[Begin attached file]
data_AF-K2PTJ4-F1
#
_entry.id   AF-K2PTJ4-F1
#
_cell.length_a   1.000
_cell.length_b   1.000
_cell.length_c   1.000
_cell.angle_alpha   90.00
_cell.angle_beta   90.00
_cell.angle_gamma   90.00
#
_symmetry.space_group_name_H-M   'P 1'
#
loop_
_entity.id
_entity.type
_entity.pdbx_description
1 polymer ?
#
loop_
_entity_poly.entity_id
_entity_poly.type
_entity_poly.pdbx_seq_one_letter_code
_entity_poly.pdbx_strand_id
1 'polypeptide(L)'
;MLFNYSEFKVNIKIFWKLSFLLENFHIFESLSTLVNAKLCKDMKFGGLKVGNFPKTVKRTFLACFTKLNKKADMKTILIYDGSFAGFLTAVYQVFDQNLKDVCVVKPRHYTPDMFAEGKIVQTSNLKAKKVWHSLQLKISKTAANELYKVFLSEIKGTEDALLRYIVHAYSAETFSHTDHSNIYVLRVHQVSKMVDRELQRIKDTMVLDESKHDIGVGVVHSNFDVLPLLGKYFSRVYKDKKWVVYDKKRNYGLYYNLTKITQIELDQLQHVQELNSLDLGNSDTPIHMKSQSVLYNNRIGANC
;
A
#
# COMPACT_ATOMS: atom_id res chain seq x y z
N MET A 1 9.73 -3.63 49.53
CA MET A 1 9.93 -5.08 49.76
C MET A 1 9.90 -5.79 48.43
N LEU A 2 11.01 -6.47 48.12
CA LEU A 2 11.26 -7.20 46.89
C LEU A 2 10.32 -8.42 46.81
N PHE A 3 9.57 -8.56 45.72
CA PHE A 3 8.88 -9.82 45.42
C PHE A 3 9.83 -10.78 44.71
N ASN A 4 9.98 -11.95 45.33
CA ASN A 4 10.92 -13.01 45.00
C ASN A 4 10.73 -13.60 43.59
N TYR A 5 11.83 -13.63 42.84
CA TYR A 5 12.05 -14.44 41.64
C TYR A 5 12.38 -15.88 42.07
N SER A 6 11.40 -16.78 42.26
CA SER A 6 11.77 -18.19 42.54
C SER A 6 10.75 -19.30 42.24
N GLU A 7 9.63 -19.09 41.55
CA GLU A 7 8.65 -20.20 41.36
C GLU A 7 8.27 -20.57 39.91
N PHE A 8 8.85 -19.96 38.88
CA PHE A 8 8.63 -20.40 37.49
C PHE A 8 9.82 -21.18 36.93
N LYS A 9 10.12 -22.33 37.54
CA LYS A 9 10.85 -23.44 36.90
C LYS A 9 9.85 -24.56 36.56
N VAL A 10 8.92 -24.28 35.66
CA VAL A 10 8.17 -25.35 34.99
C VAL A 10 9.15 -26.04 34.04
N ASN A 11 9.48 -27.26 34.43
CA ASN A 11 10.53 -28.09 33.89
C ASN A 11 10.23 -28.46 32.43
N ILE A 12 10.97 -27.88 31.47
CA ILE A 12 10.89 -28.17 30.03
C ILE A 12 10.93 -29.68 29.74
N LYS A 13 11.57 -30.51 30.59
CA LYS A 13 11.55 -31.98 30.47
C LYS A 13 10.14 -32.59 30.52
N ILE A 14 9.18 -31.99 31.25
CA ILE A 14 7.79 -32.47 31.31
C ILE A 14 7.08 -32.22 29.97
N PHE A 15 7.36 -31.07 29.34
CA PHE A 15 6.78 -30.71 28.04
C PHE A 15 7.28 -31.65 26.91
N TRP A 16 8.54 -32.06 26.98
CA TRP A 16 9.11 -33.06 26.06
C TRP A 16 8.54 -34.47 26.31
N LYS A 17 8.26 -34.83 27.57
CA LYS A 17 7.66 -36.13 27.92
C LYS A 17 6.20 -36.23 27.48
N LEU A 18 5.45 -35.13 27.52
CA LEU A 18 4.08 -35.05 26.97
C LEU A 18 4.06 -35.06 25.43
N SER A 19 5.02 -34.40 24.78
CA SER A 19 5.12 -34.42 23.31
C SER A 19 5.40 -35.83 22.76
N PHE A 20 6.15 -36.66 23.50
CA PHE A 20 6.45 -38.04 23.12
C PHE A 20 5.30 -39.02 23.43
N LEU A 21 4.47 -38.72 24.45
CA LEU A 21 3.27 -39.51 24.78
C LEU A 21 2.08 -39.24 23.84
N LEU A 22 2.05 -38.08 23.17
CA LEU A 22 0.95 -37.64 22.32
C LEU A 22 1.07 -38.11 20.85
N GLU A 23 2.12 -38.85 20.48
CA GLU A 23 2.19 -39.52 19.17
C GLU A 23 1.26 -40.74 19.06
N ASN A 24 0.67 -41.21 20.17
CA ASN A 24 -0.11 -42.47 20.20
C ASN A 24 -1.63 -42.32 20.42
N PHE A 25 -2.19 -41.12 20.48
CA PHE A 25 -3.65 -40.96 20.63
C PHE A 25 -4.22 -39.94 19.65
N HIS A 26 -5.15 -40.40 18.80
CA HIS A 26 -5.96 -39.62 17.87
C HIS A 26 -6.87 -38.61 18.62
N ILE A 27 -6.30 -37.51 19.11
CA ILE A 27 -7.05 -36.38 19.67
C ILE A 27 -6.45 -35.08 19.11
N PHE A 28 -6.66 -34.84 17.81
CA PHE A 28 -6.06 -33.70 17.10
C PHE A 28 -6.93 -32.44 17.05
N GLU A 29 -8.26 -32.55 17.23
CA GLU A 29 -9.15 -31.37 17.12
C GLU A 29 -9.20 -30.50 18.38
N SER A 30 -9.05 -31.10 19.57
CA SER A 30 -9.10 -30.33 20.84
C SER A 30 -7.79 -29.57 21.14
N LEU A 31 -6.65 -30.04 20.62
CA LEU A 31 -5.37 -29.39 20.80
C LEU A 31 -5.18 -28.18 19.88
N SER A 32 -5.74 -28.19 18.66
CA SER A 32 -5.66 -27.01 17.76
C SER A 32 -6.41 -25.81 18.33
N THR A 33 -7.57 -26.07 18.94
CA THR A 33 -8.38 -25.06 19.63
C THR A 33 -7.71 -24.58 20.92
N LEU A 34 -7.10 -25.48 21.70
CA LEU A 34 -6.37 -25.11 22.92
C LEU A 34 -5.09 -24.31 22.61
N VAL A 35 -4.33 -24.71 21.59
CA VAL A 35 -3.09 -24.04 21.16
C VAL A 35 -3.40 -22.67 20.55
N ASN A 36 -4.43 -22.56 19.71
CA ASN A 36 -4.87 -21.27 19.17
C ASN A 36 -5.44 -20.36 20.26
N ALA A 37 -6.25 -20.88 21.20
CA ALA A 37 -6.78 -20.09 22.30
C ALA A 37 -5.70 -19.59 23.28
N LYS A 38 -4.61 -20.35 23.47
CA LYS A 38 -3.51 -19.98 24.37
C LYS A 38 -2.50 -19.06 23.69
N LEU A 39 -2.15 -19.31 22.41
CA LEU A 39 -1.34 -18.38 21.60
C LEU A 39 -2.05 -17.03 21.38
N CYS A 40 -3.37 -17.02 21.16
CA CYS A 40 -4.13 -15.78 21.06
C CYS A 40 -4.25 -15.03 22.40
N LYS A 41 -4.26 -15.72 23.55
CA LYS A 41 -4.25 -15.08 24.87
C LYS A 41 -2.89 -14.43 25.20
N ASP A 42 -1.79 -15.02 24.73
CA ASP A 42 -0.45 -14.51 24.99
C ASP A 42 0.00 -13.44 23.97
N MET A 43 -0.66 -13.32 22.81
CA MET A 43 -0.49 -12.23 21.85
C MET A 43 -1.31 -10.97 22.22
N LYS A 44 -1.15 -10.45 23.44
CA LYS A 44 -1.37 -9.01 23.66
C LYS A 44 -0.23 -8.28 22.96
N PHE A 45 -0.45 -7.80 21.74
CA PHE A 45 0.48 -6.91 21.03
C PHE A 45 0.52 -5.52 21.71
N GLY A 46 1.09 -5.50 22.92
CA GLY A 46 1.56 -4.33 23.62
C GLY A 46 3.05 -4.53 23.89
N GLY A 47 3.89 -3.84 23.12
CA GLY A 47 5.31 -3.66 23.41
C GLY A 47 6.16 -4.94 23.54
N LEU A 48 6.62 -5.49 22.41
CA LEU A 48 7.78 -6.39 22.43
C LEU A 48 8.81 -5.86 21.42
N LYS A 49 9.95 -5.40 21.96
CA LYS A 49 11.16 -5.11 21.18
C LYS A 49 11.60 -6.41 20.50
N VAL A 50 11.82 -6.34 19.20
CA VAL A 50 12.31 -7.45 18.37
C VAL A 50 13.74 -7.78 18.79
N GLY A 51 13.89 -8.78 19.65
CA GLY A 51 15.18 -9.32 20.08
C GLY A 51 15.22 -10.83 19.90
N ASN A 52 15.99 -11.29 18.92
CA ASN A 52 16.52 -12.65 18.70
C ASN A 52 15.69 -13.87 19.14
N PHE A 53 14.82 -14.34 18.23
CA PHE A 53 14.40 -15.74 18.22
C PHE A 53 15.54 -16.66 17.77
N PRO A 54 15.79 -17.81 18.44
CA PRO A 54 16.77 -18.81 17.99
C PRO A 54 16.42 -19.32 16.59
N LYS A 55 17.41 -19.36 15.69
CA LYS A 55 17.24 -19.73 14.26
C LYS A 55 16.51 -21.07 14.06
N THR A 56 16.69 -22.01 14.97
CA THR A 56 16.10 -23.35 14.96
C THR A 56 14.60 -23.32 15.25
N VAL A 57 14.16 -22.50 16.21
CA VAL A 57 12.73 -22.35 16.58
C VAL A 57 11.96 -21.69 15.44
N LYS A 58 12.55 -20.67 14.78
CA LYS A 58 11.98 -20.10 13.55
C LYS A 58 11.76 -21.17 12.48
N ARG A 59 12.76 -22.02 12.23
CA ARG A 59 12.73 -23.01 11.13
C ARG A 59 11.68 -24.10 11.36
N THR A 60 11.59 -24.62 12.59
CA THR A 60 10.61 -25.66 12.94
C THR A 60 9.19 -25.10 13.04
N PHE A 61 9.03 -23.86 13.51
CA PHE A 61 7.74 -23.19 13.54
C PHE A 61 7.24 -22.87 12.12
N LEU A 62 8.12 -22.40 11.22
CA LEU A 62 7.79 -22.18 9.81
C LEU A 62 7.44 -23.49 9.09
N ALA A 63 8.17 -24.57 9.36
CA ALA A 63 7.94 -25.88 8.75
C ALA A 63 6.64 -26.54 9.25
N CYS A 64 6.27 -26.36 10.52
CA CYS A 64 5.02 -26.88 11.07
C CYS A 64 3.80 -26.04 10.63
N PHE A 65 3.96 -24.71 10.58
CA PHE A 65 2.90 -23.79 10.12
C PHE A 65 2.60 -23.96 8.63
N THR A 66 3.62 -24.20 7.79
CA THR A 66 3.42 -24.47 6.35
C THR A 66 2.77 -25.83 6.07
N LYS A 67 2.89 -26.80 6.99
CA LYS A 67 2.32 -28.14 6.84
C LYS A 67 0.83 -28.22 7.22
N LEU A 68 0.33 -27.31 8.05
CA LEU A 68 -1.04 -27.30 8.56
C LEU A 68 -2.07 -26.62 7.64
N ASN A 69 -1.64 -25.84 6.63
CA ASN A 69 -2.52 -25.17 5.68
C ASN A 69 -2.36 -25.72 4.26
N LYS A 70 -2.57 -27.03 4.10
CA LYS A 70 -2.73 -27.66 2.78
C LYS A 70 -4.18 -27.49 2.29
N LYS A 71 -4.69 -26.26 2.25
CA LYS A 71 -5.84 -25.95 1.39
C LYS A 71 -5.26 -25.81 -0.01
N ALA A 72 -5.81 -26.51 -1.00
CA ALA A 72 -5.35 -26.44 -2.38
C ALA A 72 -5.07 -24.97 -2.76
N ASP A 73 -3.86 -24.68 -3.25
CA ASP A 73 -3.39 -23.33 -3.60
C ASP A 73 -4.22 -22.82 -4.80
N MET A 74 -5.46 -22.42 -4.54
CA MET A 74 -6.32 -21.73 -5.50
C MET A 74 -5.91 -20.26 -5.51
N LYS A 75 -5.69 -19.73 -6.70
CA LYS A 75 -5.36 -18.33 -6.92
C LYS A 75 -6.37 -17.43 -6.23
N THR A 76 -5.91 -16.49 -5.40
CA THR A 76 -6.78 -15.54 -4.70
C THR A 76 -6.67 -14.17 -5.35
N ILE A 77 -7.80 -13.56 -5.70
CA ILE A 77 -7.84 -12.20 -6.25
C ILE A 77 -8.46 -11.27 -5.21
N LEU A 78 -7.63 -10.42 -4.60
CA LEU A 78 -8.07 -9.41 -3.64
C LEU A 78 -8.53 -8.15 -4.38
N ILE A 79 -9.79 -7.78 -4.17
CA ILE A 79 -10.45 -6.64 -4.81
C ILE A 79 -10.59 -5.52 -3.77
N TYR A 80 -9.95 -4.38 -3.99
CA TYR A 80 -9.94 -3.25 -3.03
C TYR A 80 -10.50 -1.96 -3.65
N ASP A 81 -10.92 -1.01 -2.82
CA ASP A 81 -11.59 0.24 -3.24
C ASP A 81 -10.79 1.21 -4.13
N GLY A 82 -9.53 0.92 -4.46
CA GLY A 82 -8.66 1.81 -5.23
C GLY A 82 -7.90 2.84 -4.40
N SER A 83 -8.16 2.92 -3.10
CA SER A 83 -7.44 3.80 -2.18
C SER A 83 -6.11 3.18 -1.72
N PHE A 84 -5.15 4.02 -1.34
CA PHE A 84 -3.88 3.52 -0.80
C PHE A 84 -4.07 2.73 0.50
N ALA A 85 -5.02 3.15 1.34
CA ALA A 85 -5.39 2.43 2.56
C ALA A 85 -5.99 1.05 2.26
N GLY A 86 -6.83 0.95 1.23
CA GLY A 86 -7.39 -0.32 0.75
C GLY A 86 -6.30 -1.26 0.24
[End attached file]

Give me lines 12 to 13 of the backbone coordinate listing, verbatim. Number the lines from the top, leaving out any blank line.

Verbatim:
_symmetry.space_group_name_H-M   'P 1'
#